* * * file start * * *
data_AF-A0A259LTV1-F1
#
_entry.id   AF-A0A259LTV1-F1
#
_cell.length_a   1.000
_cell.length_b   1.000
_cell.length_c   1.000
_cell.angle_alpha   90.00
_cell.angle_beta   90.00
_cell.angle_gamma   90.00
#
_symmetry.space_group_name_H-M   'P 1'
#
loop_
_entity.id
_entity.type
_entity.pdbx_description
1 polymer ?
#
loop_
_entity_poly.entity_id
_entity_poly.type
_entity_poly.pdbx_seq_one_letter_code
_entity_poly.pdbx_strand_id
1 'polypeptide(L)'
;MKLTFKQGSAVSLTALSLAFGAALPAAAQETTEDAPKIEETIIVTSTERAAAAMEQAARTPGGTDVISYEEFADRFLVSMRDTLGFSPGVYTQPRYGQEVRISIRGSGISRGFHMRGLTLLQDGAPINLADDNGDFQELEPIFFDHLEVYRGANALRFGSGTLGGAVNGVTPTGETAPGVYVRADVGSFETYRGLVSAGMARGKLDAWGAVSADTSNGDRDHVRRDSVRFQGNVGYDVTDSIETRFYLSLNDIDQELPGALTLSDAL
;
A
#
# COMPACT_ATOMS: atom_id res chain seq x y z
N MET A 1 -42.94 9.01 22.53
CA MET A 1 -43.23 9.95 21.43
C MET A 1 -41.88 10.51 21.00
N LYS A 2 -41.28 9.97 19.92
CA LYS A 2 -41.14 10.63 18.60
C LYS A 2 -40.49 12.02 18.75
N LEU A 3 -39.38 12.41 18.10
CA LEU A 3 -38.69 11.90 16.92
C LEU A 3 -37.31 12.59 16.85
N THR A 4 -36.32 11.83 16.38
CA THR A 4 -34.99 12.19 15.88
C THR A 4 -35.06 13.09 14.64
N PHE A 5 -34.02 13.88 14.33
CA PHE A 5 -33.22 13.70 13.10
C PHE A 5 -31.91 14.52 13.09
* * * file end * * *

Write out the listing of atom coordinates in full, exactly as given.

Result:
data_AF-A0A259LTV1-F1
#
_entry.id   AF-A0A259LTV1-F1
#
_cell.length_a   1.000
_cell.length_b   1.000
_cell.length_c   1.000
_cell.angle_alpha   90.00
_cell.angle_beta   90.00
_cell.angle_gamma   90.00
#
_symmetry.space_group_name_H-M   'P 1'
#
loop_
_entity.id
_entity.type
_entity.pdbx_description
1 polymer ?
#
loop_
_entity_poly.entity_id
_entity_poly.type
_entity_poly.pdbx_seq_one_letter_code
_entity_poly.pdbx_strand_id
1 'polypeptide(L)'
;MKLTFKQGSAVSLTALSLAFGAALPAAAQETTEDAPKIEETIIVTSTERAAAAMEQAARTPGGTDVISYEEFADRFLVSMRDTLGFSPGVYTQPRYGQEVRISIRGSGISRGFHMRGLTLLQDGAPINLADDNGDFQELEPIFFDHLEVYRGANALRFGSGTLGGAVNGVTPTGETAPGVYVRADVGSFETYRGLVSAGMARGKLDAWGAVSADTSNGDRDHVRRDSVRFQGNVGYDVTDSIETRFYLSLNDIDQELPGALTLSDAL
;
A
#
# COMPACT_ATOMS: atom_id res chain seq x y z
N MET A 1 -42.94 9.01 22.53
CA MET A 1 -43.23 9.95 21.43
C MET A 1 -41.88 10.51 21.00
N LYS A 2 -41.28 9.97 19.92
CA LYS A 2 -41.14 10.63 18.60
C LYS A 2 -40.49 12.02 18.75
N LEU A 3 -39.38 12.41 18.10
CA LEU A 3 -38.69 11.90 16.92
C LEU A 3 -37.31 12.59 16.85
N THR A 4 -36.32 11.83 16.38
CA THR A 4 -34.99 12.19 15.88
C THR A 4 -35.06 13.09 14.64
N PHE A 5 -34.02 13.88 14.33
CA PHE A 5 -33.22 13.70 13.10
C PHE A 5 -31.91 14.52 13.09